I’d like to knit a chunky jumper to wear in winter with short skirts, tights and boots. I want it to be relatively close-fitting – not a big or boxy jumper – though I will probably be wearing it over a couple of thinner layers. I’m tempted by cable patterns but this is going to be a first attempt at designing a jumper from scratch so I’d better stick with something simple like plain stocking stitch. To draft the knitting pattern, I’m planning to use Sally Melville’s method from her book Knitting Pattern Essentials.
I’m thinking of a plain, turtle-neck jumper – nothing particularly fancy. These pictures from old TOAST catalogues and the Rowan knitting book ‘A Season’s Tale’ show the kind of jumper I have in mind:
Choosing a yarn – New Lanark chunky
Chunky wool seems like a good choice for the jumper, partly because I’d like a chunky jumper and partly because I am a very impatient person and it will be relatively quick to knit up. This is will also come in handy in case I need to pull it back at all to get the fit right. I’d like the jumper to be pale grey and have developed a mild obsession with knitting it with un-dyed British wool (am not entirely sure where this has come from).
After a little searching I found New Lanark chunky and ordered a ball in ‘limestone’. New Lanark Mills is a heritage mill in Scotland producing wool yarns and textiles, and they reinvest all the proceeds from their sales into the care and development of the New Lanark World Heritage Site. Another plus is the price at £4.75 for 100g. Seeing as this jumper is possibly going to be more of an experiment than a wearable item, I don’t really want to buy super-expensive yarn.
The recommended gauge for the New Lanark chunky yarn is 14 stitches and 18 rows to 10cm with 6mm needles. To make my swatch, I followed Deborah Robson’s method from her free Craftsy mini-course Know your Wool. First, I knit a largish square in stocking stitch, starting and ending each row with 2 knit stitches and knitting the first and last few rows in garter stitch as well. Secondly I washed the swatch in warm water (with a little wool wash liquid added) then rinsed it in cold water. I squeezed the sample in a towel, placed it flat and left it to dry. When wet, the swatch smelled very sheepy – but in a nice way!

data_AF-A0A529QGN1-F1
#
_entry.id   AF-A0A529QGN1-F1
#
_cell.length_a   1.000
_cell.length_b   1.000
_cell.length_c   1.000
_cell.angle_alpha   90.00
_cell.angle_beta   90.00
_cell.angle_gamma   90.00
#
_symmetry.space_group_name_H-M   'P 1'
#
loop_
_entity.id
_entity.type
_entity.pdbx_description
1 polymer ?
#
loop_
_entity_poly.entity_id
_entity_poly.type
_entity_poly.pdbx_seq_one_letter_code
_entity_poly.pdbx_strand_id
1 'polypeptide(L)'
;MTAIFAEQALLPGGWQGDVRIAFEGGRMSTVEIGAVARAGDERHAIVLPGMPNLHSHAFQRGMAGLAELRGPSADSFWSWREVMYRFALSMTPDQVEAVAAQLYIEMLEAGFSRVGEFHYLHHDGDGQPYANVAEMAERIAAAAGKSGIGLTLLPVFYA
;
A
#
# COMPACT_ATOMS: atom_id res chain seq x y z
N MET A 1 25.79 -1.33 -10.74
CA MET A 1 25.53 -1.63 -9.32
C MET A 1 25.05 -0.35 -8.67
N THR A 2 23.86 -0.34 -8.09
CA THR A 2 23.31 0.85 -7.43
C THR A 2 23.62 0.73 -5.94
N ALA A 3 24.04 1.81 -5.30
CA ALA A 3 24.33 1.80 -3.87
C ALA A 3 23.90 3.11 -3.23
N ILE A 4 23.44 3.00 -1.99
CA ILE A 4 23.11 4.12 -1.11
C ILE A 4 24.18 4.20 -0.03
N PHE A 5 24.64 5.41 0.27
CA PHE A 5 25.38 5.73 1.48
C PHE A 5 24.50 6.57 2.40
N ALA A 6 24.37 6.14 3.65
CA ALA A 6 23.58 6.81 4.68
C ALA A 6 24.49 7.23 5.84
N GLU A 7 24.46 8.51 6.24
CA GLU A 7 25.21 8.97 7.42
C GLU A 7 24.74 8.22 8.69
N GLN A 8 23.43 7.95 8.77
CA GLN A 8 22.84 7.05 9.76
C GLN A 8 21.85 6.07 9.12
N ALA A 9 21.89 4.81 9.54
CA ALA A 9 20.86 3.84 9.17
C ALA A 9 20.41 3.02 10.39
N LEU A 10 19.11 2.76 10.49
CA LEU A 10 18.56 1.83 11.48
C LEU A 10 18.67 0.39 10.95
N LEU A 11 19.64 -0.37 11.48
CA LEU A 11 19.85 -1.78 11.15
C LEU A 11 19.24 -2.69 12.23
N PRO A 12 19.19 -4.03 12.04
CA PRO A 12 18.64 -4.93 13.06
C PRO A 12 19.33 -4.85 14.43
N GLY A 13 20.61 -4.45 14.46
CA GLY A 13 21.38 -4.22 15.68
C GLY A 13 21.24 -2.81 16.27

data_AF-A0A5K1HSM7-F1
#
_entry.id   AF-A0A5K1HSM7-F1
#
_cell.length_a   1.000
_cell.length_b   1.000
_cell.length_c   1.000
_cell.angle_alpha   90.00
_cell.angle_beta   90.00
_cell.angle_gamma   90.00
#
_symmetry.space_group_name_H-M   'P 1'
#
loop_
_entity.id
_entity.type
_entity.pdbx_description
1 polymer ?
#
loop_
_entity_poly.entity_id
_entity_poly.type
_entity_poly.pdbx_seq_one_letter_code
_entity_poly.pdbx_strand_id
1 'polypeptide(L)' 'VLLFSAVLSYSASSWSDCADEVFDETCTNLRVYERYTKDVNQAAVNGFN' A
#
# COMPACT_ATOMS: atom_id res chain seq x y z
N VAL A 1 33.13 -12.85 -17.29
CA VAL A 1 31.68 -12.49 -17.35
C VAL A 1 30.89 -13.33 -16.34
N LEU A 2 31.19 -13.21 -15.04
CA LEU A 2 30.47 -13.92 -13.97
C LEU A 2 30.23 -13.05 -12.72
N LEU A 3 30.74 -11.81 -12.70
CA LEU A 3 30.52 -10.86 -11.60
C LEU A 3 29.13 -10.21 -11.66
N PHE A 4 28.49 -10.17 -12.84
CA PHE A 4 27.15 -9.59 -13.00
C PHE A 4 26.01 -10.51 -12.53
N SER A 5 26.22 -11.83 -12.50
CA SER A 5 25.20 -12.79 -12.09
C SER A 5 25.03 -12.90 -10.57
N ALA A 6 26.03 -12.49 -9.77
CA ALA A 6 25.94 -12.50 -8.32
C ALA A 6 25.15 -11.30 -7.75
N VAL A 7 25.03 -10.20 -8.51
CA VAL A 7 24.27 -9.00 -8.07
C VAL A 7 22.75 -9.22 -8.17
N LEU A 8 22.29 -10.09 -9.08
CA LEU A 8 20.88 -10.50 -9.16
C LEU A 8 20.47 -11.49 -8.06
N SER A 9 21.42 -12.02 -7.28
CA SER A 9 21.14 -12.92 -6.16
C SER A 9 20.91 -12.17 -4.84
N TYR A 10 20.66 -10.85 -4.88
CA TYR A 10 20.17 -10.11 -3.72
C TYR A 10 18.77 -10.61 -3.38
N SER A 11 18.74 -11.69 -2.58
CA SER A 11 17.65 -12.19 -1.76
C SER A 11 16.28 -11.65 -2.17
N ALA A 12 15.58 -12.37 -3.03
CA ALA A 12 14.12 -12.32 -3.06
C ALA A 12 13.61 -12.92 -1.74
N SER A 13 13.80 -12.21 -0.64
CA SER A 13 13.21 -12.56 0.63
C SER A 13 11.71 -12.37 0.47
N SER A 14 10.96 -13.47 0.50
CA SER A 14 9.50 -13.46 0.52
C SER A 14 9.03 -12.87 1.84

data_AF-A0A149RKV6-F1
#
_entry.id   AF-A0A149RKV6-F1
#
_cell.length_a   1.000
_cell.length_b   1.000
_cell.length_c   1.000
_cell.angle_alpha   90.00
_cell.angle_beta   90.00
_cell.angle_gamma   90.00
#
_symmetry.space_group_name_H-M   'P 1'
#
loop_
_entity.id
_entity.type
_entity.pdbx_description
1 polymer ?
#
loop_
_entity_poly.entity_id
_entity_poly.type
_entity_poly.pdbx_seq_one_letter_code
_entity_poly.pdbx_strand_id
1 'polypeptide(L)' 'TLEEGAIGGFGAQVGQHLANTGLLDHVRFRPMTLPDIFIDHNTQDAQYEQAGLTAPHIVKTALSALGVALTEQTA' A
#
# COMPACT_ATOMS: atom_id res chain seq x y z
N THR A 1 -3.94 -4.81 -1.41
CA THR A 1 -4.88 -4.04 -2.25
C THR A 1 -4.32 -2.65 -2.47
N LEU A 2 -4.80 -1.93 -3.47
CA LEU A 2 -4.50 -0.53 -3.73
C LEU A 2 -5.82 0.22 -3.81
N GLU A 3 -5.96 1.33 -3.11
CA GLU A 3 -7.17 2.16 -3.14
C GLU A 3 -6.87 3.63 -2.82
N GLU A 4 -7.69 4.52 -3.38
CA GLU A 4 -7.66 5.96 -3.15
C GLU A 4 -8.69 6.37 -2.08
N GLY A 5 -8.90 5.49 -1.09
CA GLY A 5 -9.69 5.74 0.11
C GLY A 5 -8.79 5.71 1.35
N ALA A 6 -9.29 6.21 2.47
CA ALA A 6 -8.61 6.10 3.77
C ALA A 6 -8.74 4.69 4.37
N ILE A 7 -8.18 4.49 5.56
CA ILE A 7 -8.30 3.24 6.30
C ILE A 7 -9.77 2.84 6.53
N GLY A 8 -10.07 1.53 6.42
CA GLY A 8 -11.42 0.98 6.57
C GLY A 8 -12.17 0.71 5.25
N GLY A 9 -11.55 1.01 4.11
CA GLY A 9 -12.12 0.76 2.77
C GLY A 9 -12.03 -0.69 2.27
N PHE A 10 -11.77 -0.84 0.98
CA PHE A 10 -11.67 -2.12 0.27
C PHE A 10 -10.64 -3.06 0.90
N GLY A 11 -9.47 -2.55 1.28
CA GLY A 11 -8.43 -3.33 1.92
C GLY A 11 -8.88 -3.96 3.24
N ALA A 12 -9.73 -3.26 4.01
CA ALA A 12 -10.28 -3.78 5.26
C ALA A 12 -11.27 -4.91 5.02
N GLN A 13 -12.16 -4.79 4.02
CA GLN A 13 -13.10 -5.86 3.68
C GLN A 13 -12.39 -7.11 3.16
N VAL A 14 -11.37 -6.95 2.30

This is the swatch before washing:
This is the swatch after washing and drying:
The yarn knits up to a really nice fabric – it’s exactly the kind of thing I was looking for. I think that the tension is about right on 6mm needles – not too tight or too loose. There was quite a big change in gauge before and after washing so I’ll need to take that into account when drafting the knitting pattern. Before washing, the gauge was 14 stitches and 17 rows to 10cm. After washing it’s 12.5 stitches and 19 rows to 10cm so quite a difference.
There is also another possible problem. The reason the yarn has the variation in colour that I really like is that it contains a proportion of coarser, darker fibres. They’re not very coarse but they are slightly scratchy – probably too scratchy to wear next to the skin. This is mostly OK because the jumper will be worn over other layers but I was thinking of making a turtleneck so I don’t want the wool rubbing against my chin. Hmmm… my options are to either (1) find another yarn, or (2) modify the design.